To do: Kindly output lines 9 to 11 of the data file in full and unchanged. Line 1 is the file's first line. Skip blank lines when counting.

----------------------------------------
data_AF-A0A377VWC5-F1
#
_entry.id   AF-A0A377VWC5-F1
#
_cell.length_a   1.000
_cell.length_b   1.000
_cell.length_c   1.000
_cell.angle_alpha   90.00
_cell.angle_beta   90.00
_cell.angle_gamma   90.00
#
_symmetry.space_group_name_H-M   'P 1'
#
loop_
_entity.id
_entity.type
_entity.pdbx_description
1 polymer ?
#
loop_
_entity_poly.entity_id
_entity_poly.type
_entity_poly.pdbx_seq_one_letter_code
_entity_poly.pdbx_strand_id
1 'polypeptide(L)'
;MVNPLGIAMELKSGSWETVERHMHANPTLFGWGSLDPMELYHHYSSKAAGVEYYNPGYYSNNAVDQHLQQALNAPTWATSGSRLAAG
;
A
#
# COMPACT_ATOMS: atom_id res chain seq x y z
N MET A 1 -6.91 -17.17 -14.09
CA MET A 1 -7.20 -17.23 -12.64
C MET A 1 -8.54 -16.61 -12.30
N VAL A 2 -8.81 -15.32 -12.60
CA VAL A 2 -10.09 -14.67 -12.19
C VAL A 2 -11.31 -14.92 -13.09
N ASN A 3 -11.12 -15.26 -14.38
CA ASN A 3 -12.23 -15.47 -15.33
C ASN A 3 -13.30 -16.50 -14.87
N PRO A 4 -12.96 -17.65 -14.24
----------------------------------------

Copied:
_cell.angle_beta   90.00
_cell.angle_gamma   90.00
#